Monthly Archives: February 2013

God and Depression: What Does the Journey Really Look Like?

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Recently, I’ve been going through something I’ve been graciously calling a “funk”. You know, it can’t possibly be depression; I have no reason to be depressed because life is going pretty well; it hasn’t gone on for long enough to really be considered depression; it is not as bad as other people’s so I don’t really have the right to call it depression. Maybe these were little lies to get me by. But now, I’m ready to look at it for what it really is.

I stopped writing. I stopped prioritizing my spending and my daily tasks, stopped thinking of my to-do lists. I stopped wanting to hang out with my friends, but they wouldn’t know; I was happy to see them all the same. I stopped enjoying my practice times, and didn’t really get much done. The house is a mess, the dishes are dirty. The bathroom needs cleaned and the laundry needs put away. I haven’t done my Stats homework in over two weeks.

There is no motivation. It’s not that I’m motivated to not do things, like those times when I push myself way too hard and I desperately need a break–when I’m burning out. There is simply…nothing.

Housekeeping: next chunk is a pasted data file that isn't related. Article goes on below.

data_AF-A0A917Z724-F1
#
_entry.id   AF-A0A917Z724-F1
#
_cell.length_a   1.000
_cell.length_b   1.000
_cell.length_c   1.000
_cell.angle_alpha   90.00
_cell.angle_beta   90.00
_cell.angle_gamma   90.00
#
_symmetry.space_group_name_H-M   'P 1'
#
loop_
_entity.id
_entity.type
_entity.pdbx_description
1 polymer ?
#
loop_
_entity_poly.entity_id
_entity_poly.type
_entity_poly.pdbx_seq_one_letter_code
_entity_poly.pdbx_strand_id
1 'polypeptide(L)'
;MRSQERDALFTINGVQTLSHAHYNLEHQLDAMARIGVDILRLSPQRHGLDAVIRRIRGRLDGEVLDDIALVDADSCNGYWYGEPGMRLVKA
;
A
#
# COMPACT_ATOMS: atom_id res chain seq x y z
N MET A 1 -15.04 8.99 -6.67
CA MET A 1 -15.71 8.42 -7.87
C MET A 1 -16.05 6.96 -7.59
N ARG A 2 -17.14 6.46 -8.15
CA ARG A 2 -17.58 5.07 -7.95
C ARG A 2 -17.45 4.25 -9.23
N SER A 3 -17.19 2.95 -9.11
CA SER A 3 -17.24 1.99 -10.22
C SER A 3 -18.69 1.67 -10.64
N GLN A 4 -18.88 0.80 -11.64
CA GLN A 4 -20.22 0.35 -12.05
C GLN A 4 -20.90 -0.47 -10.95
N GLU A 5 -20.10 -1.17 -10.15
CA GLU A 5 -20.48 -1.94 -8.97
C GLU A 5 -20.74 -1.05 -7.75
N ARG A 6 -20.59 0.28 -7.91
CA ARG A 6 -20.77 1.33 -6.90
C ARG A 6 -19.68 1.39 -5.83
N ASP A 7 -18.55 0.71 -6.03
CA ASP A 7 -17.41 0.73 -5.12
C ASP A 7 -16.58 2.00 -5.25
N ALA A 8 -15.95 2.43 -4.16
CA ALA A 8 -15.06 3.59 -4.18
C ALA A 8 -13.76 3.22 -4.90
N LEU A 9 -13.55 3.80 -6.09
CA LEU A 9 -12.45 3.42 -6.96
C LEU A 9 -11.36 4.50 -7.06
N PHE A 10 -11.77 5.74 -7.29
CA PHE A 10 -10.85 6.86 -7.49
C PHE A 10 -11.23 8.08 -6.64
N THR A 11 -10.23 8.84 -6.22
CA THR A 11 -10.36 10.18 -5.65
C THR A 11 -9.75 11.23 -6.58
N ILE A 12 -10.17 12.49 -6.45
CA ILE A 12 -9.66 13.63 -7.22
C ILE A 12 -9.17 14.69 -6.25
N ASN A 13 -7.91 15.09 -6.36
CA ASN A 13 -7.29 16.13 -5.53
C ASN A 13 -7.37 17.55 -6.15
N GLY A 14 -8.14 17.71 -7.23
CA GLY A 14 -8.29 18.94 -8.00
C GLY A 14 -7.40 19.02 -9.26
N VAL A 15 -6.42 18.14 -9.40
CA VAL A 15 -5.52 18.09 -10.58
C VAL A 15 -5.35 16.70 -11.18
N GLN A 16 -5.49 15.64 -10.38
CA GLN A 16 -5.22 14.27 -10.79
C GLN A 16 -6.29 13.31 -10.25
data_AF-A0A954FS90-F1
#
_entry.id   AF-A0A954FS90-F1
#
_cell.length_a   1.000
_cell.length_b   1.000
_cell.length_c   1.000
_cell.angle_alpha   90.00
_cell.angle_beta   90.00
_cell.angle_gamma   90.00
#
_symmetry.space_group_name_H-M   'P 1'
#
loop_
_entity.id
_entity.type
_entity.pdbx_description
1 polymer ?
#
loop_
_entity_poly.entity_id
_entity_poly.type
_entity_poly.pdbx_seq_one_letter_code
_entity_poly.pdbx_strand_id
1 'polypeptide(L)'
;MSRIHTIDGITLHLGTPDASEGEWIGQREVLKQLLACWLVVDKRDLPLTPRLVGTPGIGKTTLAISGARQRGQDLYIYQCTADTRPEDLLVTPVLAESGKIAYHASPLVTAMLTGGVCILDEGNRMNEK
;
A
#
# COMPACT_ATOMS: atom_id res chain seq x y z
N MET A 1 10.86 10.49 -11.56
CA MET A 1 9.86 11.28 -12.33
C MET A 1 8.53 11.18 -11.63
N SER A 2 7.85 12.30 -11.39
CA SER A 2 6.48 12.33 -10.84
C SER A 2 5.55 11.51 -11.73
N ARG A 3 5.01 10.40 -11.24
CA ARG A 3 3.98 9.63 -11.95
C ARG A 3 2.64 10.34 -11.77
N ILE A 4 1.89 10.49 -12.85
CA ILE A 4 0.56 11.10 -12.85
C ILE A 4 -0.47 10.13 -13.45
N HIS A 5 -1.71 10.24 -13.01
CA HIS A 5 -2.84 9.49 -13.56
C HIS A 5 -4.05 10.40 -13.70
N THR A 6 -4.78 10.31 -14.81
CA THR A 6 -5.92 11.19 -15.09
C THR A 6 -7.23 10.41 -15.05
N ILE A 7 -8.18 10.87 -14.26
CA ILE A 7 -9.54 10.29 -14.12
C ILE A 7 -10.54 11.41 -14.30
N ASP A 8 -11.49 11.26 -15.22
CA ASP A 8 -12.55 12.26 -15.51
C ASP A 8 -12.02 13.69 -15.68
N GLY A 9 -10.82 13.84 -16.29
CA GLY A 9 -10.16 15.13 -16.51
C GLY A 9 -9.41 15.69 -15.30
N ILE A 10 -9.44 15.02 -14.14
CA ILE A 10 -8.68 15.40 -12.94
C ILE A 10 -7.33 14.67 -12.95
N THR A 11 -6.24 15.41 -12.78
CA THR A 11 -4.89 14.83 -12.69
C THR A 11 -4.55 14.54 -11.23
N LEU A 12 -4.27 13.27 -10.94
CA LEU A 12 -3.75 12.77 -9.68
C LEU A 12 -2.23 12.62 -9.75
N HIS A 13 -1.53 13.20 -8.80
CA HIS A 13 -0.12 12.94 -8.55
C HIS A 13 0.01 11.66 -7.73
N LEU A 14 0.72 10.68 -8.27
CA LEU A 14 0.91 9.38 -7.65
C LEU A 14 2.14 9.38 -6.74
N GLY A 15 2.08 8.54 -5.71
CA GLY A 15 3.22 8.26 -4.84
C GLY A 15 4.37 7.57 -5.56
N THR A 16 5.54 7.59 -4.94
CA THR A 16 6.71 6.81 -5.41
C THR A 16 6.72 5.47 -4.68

I’m having a tough time explaining myself well, so here is an excerpt from a journal-like post I started to write the other day…(dont’ speed read over this. You’ll miss it.) Read the rest of this entry

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Life is a Trade-Off.

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I knew it was coming.

It had to.

That special wistfulness of times past, the knowledge that this was really the last time, and there would be no more after this.

The romanticized versions in my head that ignored all of the frustrations, discouragements, and feelings of helplessness of the past two years.

I never thought I’d be here. I’d already thought that I’d never miss it; that when I hear of a game this weekend, I’d chuckle at how much I hated sacrificing my entire Saturday to do something I didn’t even like: watching football. And that I’d remember how much I loathed getting up early and ending up sick and voiceless the next day.